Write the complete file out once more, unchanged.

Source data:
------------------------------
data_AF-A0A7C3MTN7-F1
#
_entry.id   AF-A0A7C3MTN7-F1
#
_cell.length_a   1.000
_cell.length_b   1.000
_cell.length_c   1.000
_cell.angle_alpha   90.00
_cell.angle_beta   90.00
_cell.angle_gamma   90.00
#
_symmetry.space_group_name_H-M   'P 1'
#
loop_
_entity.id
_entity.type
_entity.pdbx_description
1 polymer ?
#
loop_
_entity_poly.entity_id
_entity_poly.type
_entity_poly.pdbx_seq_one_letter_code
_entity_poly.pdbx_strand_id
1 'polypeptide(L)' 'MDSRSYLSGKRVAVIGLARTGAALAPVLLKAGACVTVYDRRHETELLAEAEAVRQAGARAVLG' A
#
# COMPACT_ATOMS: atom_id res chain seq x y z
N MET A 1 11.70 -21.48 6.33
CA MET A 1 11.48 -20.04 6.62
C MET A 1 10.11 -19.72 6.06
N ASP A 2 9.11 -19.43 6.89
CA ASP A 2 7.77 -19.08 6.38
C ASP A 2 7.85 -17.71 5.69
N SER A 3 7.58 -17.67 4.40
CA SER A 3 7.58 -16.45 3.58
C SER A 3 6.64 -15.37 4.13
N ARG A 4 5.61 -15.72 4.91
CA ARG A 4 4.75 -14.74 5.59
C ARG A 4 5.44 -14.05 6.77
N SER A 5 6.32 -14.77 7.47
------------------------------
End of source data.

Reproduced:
data_AF-A0A7C3MTN7-F1
#
_entry.id   AF-A0A7C3MTN7-F1
#
_cell.length_a   1.000
_cell.length_b   1.000
_cell.length_c   1.000
_cell.angle_alpha   90.00
_cell.angle_beta   90.00
_cell.angle_gamma   90.00
#
_symmetry.space_group_name_H-M   'P 1'
#
loop_
_entity.id
_entity.type
_entity.pdbx_description
1 polymer ?
#
loop_
_entity_poly.entity_id
_entity_poly.type
_entity_poly.pdbx_seq_one_letter_code
_entity_poly.pdbx_strand_id
1 'polypeptide(L)' 'MDSRSYLSGKRVAVIGLARTGAALAPVLLKAGACVTVYDRRHETELLAEAEAVRQAGARAVLG' A
#
# COMPACT_ATOMS: atom_id res chain seq x y z
N MET A 1 11.70 -21.48 6.33
CA MET A 1 11.48 -20.04 6.62
C MET A 1 10.11 -19.72 6.06
N ASP A 2 9.11 -19.43 6.89
CA ASP A 2 7.77 -19.08 6.38
C ASP A 2 7.85 -17.71 5.69
N SER A 3 7.58 -17.67 4.40
CA SER A 3 7.58 -16.45 3.58
C SER A 3 6.64 -15.37 4.13
N ARG A 4 5.61 -15.72 4.91
CA ARG A 4 4.75 -14.74 5.59
C ARG A 4 5.44 -14.05 6.77
N SER A 5 6.32 -14.77 7.47